radiation for one gram of Radium.
 1 Ci = 3.7 x 1010 disintegrations / second.
 A “disintegration” could be an alpha, beta, gamma, etc.
produced.
3.7  10
10
disintigrations
1 C i  sec
Learning Check
 An I-131 source has an activity of 25mCi. How many
beta particles are produced in 1.0 minutes?
RAD, RBE, and REM
 RAD = radiation absorbed dosage
 1 RAD = 1.0 x 10-2 J / kg of body tissue
 RBE = a multiplier for each type of radiation.
 alpha = 20; protons, neutrons = 10; betas, positrons, and
gammas = 1.
 REM = radiation equivalent in humans
 REM = RAD x RBE
Background Radiation
 We are all exposed to radiation EVERY single day.
 Ground contains radioactive isotopes like U-238.
 Air contains Rn-222 and C-14.
 Food contains K-40 and C-14.
 Water contains Rn-222.
Background Radiation
 People who fly frequently or who live at high altitudes
receive higher levels of cosmic rays.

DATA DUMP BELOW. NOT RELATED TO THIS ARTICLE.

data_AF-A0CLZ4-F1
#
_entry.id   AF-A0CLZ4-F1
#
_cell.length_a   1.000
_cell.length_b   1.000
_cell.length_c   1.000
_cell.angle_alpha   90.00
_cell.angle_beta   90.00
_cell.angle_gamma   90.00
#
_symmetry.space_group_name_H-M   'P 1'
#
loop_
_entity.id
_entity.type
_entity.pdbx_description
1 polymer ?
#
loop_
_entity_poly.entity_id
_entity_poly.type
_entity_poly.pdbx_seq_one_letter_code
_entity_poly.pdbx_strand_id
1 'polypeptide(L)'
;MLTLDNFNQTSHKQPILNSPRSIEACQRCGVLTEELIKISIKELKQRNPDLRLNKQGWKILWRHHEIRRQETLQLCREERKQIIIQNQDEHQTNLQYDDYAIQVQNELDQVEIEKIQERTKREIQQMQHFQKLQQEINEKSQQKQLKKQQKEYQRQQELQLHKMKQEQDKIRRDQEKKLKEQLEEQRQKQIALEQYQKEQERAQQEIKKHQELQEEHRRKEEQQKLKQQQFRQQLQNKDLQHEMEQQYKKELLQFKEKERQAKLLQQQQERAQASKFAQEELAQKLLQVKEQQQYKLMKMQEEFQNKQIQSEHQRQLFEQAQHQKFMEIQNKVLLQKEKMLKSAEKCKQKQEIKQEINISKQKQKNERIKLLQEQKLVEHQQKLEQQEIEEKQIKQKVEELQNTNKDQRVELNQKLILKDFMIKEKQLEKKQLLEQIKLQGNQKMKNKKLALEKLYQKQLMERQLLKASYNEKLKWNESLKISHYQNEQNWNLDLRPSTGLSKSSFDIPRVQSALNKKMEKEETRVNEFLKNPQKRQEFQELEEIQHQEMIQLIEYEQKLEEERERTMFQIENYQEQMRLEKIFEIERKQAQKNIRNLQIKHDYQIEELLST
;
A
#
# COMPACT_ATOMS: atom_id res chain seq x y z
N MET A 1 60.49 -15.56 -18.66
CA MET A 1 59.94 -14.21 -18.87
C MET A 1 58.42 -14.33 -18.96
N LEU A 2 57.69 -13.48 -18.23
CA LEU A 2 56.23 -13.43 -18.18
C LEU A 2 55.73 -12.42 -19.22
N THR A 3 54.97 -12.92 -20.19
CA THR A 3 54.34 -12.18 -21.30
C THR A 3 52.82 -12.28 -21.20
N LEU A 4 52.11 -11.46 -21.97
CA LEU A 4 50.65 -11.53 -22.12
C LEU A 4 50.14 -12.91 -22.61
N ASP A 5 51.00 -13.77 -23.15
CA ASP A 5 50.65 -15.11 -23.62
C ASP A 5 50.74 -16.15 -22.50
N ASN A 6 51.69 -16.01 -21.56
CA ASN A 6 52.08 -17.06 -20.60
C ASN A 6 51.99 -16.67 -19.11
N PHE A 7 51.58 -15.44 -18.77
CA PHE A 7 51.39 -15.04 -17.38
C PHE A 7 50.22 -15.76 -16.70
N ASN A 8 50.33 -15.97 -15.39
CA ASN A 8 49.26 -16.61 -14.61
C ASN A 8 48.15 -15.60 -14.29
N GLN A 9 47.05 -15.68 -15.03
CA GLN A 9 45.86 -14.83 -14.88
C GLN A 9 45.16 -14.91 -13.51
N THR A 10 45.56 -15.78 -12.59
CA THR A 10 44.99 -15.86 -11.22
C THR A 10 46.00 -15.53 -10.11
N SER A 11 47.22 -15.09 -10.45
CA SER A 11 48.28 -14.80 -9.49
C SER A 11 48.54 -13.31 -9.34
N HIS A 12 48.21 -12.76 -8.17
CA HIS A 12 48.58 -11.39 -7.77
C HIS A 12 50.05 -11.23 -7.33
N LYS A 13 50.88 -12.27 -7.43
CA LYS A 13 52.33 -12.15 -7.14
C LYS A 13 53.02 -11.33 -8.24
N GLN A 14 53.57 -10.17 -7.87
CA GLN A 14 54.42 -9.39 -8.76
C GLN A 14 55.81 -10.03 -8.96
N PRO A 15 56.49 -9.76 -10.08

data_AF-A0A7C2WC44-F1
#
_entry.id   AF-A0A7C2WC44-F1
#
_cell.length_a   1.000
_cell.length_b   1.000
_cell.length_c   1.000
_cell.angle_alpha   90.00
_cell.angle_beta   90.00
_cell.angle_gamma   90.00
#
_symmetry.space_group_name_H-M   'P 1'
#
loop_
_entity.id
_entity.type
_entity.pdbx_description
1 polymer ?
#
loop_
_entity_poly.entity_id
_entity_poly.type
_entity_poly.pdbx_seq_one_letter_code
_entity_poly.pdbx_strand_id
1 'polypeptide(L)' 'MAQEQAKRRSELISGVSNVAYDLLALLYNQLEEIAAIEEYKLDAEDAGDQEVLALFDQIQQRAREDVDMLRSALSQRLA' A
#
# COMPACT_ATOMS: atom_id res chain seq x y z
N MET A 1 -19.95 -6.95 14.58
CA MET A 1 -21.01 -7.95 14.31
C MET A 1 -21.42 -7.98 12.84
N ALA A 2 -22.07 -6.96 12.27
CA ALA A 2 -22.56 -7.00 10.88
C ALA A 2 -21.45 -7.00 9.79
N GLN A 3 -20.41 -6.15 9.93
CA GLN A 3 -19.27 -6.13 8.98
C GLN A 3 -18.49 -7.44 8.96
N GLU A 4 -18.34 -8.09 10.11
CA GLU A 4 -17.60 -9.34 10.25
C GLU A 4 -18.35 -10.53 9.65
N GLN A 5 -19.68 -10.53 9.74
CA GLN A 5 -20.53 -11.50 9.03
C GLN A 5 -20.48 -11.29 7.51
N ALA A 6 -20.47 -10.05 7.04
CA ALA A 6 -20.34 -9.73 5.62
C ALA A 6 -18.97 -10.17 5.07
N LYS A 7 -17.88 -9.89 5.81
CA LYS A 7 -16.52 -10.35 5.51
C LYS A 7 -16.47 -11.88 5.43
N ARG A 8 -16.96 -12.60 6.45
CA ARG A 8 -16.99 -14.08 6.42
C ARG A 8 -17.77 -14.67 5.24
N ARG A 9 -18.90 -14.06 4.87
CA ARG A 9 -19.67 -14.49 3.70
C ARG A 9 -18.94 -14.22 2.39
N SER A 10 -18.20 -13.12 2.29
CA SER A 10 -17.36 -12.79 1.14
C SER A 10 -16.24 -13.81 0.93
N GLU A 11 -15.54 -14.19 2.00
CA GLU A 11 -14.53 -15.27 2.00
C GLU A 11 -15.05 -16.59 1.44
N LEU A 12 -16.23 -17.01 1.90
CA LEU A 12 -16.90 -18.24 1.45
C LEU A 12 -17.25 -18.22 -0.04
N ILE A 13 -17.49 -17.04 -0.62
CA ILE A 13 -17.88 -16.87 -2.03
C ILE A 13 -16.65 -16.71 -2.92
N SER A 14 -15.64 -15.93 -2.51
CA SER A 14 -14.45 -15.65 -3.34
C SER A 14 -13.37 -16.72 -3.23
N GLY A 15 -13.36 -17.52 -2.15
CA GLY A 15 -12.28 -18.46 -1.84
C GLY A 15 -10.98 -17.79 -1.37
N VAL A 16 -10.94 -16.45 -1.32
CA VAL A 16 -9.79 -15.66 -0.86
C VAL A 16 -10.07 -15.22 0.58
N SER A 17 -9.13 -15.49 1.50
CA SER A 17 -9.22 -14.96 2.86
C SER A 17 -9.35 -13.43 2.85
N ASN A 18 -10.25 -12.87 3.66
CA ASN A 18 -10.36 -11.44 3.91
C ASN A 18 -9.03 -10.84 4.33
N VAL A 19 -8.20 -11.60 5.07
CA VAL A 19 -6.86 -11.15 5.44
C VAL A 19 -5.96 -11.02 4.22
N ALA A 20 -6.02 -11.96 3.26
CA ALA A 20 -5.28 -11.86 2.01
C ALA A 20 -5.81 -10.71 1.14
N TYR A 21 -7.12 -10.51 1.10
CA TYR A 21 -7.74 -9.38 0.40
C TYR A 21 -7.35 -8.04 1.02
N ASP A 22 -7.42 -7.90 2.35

 Fact: people living in Denver receive twice as much
background radiation as we do.
 Fact: Cigarette smokers receive alpha radiation from
Po-210 – which comes from phosphate fertilizers.
Background Radiation
 FACT: CRT style TV’s emit radiation.
 Exposure to x-rays (essentially a beta particle) may
have a cumulative effect.
 The average person receives about 170mrem per year.
Radiation Levels
 LD50 = lethal dose for 50% of people receiving that
dosage.
 A whole body exposure of _____ rem
 A dosage of ___ rem reduces the white blood cell count
to zero.
 A dosage of 100 rem reduces these same cells
significantly.
 Patients often die from secondary infections.
Radiation Levels
 Exposure to 25 rem or less usually cannot be detected.
 Alexander Litvinenko, a former Russian spy, was
given Po-210 in a drink on November 1st, 2006 and
died a few weeks later.
 ...this may be the time to say one or two things to the person